Thursday, July 24, 2014

Sault Ste Marie, MI July 22, 2014

Today we were off to see the Soo locks at Sault Ste Marie, MI.  We were on a bit of a tight schedule as our Tiger Boy is still not eating well and we needed to get back for a late afternoon vet appointment.

The Soo locks, sometimes spelled Sault Locks, are a set of parallel locks, along the St. Mary's river, that provide safe passage between Lake Superior and Lake Huron.  Water rapids fall 21 feet from Lake Superior to Lake Huron and without the locks, passage by large ships would not be possible.

The locks are owned and maintained by the US Army Corp of Engineers.   They provide free passage to over 10,000 ships annually from April - December.  Weather conditions prevent passage January - March.  The locks were first opened in 1855 and have undergone several expansions and renovations since.

The pictures within are of the MacArthur Lock.  This lock is 800 feet long and 80 feet wide.  We watched the Birchglen, from Canada, as she traveled into this lock and was then lowered 21 feet before continuing her journey through Lake Huron.  The Birchglen ship is 730 feet long and 75 feet wide.  There was not a whole lot of extra room to spare for her in the lock.  The lock journey begins with the lower lake gate closed and the upper lake gate open.  In this position the lock water level is that of the upper lake.  Once the ship is moved into position in the lock, the upper lock gate is closed and the ship is tied off.  Valves are then opened that allow 15 million gallons of water to flow out of the lock.  The ship lowers as the water level of the lock lowers until the ship has lowered the 21 feet (level of the lower lake).  All is done by gravity, no matter which direction a ship is traveling through the lock.  Simple yet still amazing to watch.  While all this takes place (minutes) a ship crew member quickly goes to shore to pick up laundry and the mail for all the crew.  Never having watched a lock system in action, we found this interesting and informative as too was the nearby information center.  From there we headed to Karl's café for lunch.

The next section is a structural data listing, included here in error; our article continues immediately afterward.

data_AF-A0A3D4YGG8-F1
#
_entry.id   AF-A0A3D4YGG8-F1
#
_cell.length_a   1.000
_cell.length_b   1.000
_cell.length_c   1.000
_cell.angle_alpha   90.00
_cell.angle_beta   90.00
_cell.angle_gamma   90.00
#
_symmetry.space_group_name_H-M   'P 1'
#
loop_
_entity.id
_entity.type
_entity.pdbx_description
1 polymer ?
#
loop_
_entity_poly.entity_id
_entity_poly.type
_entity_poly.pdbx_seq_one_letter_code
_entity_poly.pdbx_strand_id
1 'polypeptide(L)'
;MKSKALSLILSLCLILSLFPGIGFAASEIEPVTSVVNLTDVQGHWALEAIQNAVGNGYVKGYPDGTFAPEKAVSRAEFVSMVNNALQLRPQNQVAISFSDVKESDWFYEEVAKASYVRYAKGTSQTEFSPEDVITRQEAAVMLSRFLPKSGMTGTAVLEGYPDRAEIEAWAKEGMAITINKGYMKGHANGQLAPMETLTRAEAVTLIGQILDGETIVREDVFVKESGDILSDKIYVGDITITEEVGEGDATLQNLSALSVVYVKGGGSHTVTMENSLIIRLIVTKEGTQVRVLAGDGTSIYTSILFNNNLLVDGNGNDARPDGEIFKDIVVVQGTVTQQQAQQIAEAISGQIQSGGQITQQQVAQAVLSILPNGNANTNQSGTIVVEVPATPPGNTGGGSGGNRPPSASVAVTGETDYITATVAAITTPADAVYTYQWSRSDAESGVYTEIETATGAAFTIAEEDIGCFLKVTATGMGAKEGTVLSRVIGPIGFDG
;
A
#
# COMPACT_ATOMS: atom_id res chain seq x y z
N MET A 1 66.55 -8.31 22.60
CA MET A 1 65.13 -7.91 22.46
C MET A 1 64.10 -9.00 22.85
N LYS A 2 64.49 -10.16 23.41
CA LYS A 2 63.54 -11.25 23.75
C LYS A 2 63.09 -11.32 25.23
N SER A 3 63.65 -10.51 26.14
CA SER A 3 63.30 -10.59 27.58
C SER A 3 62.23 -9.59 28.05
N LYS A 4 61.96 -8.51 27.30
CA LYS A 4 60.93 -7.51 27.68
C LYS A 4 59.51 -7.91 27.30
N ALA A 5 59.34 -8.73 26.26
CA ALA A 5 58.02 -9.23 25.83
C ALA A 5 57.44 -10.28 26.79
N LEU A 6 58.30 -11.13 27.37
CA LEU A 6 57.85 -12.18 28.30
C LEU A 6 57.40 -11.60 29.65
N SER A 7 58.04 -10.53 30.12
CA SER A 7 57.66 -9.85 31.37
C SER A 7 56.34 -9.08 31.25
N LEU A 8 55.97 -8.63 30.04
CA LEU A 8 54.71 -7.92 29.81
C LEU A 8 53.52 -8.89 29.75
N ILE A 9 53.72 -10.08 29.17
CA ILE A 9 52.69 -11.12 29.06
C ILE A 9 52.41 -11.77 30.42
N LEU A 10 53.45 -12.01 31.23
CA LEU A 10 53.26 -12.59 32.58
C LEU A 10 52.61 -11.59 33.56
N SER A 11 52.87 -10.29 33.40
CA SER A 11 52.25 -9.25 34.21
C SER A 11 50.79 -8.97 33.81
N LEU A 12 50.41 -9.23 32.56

We had  a great young man as a waiter, Charlie.  Bob jokingly said to Charlie, so the Charlie's Crab Cake Panini is your creation, right?  And young Charlie told us well yes, and then gave us a tour through their menu of each creation (by a family member) and what relation each one of those family members was to him.....Paula's spicy chicken, Lily's Caprese etc.  It really was sort of fun and Charlie was so nice.  Teri had here first pasty- a Michigan upper peninsula tradition- and enjoyed it.  A Pasty is sort of a pot pie, well, without the pot.  Charlie, our waiter, was nice to tell us we had pronounced it right and said only about 10 percent of the customers do.  For those interested, here is an interesting read on the history and legend concerning the pasty.Pasty

We made it back in time to get Tiger Boy to the vet.  We are giving him B-12 shots to try and stimulate his appetite.  He seems to feel well, he just is not eating much.  Today we are going to head out to get his old food as he is not found of this no grains, no fish stuff (Ohio vet prescribed) and the MI vet thinks that it is safe to put him back on his old food.  Keeping our fingers crossed as we so enjoy him sharing our travels with us.

The Canadian Birchglen enters the MacArthur Lock
Note the Birchglen's deck height compared to the dock height
The Birchglen is in position and the gates (left, center are closing)
The water has flowed out of the lock
and the Birchglen is now 21 feet lower
than when she entered the lock (note
that her deck is now below the dock height).
The Birchglen begins to leave the Lock into
Lake Huron (21 feet below Lake Superior).
The lock is empty now.  The lock would be ready to receive
a ship coming from Lake Huron, however, it appears
that the next ship is coming from Lake Superior as water
is being allowed to flow back into the lock, to bring
the water level back up to the Lake Superior water level.


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